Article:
with the laughing baby?

Not a smiling infant, slippery pink gums

peeking from behind the O

of the open baby mouth,

not tentative giggles

searching out questions for the world.

But a big baby guffaw, a Mississippi of sound

catching me in the solar plexus

where my own laugh begins.


We’re hardwired for this hidden language,

more powerful than books

or paintings.

We laugh together

and at nothing at all.


In the spirit of laughter, here’s a website devoted to laughing babies:

and another:

And here’s one of the laughing baby videos from Youtube:

Marisha Interviews Mum

1. How old were you when you realized you would be interested in adoption?

When I was a little girl I read Louisa May Alcott’s book Jo’s Boys and fantasized about giving a home to lots of children who didn’t have families.  When I was in my early twenties and newly married, I heard that they didn’t have enough African-American families for African-American babies who needed permanent homes and your dad and I talked about one day adopting one of these children.  By then I had decided that four children were going to be enough to keep me busy and not too irritable.  Of course, later on, after we adopted Marc I figured two were going to be enough ;).

2. Did your own brother’s adoption influence your interest?

I think it probably did because I knew what it meant to love someone who is related to you by adoption.

3. How did you choose South Korea as the country to adopt us from?

Your dad and I went to an adoption information meeting.  At that time, we were still thinking African-American + baby.  They told us at the meeting that in Michigan it wasn’t allowed for white couples to adopt African-American babies (in those days).  African-American interest groups had lobbied for that law because they were afraid the children would lose their cultural heritage.  There were representatives from five agencies speaking at the meeting and the only agency that was placing babies was Bethany.  They were placing Korean babies from Holt International.  Asia seemed like a good match for us (this is a little tongue in cheek) because, as you know, your Dad has always been fascinated with everything Asian.  At one point he planned to get his master’s degree in Chinese (nope, not Korean).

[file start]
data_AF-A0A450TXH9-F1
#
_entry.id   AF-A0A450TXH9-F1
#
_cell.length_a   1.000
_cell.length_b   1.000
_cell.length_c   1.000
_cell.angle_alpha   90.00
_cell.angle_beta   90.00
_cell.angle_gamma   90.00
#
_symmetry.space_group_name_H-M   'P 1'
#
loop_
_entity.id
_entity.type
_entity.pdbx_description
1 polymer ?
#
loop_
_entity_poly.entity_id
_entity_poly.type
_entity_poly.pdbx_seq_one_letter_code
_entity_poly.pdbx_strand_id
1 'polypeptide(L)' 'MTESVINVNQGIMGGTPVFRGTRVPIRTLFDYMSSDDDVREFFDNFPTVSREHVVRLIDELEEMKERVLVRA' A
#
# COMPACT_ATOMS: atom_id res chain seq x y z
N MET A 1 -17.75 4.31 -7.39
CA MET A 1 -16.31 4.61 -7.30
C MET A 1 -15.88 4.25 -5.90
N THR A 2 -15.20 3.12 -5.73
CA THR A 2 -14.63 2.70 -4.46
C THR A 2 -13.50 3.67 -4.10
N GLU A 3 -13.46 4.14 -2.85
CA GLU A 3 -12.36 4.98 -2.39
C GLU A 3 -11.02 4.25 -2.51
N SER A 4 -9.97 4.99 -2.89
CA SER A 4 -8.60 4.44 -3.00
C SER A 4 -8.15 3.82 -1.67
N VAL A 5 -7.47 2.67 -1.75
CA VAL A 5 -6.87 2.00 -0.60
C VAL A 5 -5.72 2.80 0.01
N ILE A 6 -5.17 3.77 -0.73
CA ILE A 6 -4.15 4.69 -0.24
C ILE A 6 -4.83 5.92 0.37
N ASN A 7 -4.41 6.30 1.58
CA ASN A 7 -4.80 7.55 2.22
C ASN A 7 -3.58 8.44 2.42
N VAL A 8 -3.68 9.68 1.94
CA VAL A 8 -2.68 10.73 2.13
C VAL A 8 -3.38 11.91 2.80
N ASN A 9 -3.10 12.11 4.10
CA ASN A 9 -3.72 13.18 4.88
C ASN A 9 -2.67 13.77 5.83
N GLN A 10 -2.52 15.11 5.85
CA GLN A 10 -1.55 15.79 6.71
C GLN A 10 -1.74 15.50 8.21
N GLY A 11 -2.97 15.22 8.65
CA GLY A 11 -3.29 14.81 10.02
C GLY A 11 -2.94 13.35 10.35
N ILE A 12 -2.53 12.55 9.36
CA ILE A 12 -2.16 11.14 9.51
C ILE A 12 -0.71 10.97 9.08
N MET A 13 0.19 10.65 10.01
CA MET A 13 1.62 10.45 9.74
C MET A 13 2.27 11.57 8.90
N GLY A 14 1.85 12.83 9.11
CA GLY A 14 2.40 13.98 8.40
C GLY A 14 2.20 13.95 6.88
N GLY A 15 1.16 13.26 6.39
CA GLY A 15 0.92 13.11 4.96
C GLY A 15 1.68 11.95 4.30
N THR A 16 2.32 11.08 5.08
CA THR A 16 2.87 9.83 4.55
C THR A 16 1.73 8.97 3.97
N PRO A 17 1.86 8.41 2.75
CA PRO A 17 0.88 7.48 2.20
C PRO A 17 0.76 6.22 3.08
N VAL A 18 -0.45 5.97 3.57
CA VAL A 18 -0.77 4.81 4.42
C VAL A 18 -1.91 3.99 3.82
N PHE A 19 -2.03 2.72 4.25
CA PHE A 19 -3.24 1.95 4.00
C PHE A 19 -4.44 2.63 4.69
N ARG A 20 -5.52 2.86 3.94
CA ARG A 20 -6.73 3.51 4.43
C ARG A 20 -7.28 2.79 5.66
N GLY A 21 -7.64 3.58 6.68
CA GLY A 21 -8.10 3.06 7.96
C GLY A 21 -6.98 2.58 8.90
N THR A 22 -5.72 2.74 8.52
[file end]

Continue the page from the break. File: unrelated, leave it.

4. That’s why Marc and I have always said Dad’s a wannabe Asian.  What was the first experience where you found that a lot of society wasn’t used to the idea of adoption?

You can go back and read my very first post on this blog for that.  It was when I had a friend named Jane . . . .

5. Did you understand the concept of adoption childhood trauma?

I think I have understood what an impact the adoption process (which includes the relinquishment, first and foremost) makes from the time you and Marc were babies.  Although we didn’t have the internet to get information quickly, I’ve always read a lot.  I also have a good imagination and so am empathetic.  However, what I didn’t get (and I’ve written on here about that, too) was that the rest of society doesn’t necessarily have the understanding that your dad and I have had.  Not that we’re some special people–there are lots of adoptive parents who understand the situation of adoptees–but so many people whose lives are not touched by adoption really do not “get” it.  I’ve particularly been disappointed that therapists and medical doctors have a superficial intellectual knowledge but no real understanding.

6. Did you ever regret the feeling of not being able to have your own children?

Dad and I made a conscious decision for me not to go through a pregnancy because of my health.  Neither one of us had regrets at all about adopting.

7. Did you worry or find it hard to connect with us as children because of the adoption?

No and no.  I can’t imagine that.

8. Is parenting easier or harder with adoptive children?

Well, I don’t know because both my kids are adopted.  Many kids have special issues.  One might be autistic.  Another might be blind.  Another might have an IQ of 200.  They all need individualized parenting.